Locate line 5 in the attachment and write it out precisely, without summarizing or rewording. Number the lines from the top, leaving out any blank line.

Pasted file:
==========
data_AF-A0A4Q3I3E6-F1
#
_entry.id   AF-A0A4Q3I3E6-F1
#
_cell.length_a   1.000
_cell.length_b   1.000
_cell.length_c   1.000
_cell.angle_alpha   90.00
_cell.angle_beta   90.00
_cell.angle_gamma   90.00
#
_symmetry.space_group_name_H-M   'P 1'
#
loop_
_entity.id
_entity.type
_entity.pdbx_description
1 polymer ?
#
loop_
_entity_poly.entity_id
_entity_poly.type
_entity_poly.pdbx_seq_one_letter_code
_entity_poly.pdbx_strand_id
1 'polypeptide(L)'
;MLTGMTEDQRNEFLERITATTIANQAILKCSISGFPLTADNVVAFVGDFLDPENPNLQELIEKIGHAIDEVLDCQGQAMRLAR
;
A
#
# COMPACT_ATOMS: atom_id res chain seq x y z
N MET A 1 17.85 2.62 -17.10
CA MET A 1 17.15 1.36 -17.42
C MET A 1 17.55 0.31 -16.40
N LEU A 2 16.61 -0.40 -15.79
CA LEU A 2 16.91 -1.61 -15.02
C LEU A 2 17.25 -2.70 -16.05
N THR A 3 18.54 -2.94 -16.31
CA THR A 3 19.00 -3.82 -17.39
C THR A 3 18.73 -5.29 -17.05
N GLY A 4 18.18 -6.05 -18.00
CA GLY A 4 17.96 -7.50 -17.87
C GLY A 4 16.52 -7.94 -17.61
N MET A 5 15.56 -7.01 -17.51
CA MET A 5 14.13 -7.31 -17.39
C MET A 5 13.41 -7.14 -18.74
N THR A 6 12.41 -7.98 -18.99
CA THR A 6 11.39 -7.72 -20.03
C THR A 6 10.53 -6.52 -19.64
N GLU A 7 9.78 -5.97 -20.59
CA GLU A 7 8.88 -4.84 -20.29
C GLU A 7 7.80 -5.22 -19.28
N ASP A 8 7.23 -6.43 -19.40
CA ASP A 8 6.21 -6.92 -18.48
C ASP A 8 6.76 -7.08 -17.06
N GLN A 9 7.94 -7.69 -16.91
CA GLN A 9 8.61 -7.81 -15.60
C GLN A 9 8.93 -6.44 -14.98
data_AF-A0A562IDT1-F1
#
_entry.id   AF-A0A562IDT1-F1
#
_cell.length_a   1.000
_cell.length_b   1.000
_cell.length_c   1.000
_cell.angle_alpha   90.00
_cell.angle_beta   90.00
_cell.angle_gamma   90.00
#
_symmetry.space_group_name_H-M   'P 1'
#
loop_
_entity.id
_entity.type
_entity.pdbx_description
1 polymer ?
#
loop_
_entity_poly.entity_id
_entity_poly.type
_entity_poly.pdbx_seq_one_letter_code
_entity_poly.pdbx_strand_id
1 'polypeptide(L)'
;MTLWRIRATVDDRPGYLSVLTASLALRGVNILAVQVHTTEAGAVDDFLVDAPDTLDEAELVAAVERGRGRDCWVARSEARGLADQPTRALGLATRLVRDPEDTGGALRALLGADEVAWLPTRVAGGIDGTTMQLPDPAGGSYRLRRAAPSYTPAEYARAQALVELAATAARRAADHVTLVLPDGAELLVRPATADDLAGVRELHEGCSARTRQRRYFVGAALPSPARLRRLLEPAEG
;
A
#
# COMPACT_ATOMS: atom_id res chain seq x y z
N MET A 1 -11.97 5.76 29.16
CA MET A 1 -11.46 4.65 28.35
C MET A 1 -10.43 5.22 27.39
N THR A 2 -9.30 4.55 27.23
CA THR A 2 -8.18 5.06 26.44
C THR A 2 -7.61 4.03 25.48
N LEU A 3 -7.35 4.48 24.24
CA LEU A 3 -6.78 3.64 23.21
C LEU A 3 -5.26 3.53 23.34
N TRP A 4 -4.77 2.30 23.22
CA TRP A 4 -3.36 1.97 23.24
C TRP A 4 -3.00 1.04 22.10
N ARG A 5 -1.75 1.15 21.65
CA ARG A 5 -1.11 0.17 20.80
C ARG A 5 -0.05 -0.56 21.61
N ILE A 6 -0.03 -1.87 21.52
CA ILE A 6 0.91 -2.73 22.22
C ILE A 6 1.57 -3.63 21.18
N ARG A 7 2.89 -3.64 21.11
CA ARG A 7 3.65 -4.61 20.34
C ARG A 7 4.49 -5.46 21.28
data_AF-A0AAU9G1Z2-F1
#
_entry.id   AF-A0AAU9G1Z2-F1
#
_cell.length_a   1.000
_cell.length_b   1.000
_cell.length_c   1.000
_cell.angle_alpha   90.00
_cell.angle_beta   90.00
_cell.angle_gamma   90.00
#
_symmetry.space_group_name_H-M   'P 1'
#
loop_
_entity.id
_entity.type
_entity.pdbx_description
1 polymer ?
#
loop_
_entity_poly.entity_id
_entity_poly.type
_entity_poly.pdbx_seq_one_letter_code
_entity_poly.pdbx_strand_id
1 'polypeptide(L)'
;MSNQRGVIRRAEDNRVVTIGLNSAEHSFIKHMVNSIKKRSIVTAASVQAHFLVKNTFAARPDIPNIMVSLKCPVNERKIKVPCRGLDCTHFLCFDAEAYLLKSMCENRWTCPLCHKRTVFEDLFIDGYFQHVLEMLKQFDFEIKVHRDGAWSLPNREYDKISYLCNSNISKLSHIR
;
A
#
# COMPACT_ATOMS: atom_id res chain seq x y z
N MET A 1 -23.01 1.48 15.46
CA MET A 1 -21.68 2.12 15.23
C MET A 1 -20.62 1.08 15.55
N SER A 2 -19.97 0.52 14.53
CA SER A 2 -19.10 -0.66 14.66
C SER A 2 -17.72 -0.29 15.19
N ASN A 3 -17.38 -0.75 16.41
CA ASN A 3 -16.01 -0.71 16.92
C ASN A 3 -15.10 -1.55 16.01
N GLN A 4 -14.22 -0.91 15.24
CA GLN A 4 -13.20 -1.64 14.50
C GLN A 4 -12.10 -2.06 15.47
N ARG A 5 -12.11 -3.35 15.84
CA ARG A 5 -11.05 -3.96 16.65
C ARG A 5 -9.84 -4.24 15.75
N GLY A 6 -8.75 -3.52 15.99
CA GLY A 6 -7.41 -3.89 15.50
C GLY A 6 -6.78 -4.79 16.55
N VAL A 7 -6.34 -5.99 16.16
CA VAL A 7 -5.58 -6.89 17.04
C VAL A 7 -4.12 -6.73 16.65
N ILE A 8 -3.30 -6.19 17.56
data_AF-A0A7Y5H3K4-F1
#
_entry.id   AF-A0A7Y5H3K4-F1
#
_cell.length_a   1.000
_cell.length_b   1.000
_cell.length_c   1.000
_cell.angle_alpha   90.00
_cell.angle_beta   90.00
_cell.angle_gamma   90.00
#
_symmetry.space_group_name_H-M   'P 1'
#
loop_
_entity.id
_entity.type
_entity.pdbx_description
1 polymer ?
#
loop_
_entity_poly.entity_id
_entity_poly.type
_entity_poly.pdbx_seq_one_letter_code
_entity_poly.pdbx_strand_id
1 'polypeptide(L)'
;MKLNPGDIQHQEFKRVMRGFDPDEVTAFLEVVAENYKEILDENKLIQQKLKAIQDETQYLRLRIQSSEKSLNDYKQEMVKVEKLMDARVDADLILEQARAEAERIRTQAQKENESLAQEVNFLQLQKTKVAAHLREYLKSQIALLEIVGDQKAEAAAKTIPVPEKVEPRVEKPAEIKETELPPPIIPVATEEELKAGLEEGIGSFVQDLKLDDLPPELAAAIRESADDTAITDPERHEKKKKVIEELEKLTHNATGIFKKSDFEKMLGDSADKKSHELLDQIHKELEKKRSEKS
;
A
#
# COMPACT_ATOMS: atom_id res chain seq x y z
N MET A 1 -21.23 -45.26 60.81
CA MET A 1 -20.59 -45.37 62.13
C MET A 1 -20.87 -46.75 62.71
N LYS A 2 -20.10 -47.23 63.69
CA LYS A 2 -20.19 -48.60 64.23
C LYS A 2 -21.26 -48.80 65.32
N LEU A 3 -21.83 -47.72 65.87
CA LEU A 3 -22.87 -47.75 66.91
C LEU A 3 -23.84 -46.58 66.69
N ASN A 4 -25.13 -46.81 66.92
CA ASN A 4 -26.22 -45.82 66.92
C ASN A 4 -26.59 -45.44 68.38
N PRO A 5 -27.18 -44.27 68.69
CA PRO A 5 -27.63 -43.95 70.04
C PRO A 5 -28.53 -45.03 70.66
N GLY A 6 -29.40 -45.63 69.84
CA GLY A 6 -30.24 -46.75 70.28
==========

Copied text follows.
_cell.length_a   1.000